Large Magellanic Cloud
Large Magellanic Cloud

One of the most impressing objects in the southern sky at the same time is the closest galaxy to our earth: The Large Magellanic Cloud. It is situated in the constellation »Goldfish« (Dorado) and is easily visible with only the naked eye. The galaxy, like its sister the Small Magellanic Cloud, is named after the discoverer Ferdinand Magellan (1480-1521) who first mentioned the two objects in his logbook during his circumnavigation of the world.

The distance to the cloud is estimated to 170 000 light-years to our solar system. It belongs to the so called »local group«, a gathering of about 30 galaxies in our closest neighbourhood. The Large Magellanic Cloud has a diameter of approximately 30 000 light-years and consists of about 10 billion stars, which is less than a tenth of our Milky Way. Watching it through a telescope, many spectacular objects in it get visible. The »Tarantula Nebula« (30 Doradus) for example, the maybe most beautiful part of this galaxy. Despite its location a bit off the main star field, it is assumed to be the centre of the cloud.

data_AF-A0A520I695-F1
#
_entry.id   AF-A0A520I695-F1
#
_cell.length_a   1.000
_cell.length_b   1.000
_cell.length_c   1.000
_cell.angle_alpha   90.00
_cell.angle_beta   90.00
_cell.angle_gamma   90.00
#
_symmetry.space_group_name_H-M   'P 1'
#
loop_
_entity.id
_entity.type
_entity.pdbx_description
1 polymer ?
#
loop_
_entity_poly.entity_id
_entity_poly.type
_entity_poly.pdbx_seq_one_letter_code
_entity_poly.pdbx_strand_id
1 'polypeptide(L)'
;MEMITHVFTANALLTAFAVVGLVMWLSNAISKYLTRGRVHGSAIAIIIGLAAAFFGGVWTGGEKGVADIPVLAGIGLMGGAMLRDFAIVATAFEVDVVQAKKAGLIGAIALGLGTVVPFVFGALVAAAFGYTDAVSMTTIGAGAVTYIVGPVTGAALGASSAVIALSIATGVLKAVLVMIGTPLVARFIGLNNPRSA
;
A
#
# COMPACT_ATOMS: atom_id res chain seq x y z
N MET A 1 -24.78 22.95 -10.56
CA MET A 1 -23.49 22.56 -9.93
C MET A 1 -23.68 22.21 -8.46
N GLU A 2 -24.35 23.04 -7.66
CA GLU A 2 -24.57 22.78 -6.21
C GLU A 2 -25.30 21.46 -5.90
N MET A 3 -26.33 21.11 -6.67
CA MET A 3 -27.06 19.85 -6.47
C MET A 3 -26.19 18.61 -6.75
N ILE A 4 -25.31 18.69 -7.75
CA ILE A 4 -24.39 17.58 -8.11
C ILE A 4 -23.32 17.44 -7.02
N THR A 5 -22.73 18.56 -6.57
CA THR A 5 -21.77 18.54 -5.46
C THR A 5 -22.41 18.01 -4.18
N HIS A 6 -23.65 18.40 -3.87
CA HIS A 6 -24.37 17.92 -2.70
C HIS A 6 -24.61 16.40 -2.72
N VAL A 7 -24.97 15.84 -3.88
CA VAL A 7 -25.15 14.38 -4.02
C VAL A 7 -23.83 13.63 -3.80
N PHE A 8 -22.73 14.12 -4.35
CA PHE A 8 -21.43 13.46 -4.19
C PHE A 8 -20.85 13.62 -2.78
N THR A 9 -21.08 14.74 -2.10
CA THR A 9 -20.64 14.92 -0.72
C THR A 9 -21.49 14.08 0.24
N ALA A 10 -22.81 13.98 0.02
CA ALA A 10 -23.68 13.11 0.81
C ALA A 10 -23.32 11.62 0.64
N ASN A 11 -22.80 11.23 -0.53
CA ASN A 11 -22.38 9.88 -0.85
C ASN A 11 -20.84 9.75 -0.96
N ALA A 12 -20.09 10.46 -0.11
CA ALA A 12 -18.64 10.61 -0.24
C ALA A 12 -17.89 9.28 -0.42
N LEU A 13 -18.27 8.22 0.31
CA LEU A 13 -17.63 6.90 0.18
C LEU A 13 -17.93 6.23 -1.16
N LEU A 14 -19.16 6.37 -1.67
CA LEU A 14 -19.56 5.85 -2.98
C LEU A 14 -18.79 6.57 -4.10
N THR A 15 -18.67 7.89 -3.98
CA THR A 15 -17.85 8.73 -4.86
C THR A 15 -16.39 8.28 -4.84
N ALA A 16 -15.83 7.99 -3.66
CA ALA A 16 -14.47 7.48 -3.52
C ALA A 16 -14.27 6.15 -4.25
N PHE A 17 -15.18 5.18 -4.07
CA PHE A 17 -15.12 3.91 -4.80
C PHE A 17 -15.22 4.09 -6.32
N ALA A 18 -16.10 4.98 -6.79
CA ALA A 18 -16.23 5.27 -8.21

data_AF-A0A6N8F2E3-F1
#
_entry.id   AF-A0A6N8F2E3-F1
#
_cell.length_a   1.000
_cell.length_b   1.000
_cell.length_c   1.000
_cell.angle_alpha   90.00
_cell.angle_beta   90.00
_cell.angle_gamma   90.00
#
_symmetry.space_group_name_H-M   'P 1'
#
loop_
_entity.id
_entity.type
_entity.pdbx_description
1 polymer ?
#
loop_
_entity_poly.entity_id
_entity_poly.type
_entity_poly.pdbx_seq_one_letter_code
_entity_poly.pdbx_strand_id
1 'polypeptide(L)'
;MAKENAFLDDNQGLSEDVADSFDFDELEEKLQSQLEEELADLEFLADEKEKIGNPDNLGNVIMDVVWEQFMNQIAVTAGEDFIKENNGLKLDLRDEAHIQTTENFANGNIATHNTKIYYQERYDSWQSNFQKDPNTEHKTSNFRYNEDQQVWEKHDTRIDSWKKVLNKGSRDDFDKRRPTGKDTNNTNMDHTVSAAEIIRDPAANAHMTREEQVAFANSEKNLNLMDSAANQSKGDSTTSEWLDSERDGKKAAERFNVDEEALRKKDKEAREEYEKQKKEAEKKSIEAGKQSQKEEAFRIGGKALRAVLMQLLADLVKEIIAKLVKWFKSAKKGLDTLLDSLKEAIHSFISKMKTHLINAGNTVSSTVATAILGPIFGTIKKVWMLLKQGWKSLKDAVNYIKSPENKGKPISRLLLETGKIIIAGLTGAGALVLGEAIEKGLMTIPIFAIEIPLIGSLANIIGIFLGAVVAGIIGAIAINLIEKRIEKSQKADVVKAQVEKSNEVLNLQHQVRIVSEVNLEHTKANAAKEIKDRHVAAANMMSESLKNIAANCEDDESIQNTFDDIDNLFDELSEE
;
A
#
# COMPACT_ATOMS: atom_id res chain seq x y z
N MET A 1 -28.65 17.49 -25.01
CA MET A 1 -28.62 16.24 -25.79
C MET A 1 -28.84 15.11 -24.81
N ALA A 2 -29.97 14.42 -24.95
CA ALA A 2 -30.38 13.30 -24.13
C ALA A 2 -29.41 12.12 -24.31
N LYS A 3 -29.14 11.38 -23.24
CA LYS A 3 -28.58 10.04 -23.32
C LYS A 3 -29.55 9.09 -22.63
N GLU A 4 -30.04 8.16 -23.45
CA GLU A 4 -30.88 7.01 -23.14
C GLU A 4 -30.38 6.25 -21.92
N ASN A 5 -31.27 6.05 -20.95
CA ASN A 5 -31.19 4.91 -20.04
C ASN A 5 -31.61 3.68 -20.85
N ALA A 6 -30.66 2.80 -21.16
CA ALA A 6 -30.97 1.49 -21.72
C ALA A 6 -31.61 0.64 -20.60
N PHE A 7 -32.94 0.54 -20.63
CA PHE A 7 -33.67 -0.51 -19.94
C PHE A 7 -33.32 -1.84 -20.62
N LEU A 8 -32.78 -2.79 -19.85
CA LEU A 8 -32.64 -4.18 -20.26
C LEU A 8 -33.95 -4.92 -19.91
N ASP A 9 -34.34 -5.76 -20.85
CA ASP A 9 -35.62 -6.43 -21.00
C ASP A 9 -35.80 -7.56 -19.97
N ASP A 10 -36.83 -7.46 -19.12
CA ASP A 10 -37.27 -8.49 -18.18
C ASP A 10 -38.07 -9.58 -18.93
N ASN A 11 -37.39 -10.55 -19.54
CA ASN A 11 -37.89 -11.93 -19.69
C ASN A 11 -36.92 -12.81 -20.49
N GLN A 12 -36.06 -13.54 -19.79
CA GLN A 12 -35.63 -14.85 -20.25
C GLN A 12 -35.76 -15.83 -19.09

Due to its close distance, the Large Magellanic Cloud is of great importance for astronomy and astrophysics. Much of the basic knowledge on galaxies and the universe was gathered by observing that region. In 1987 for example the first Supernova (1987A) could be recorded from here. The inspection of this incident and the evaluation of the received data is still ongoing today.

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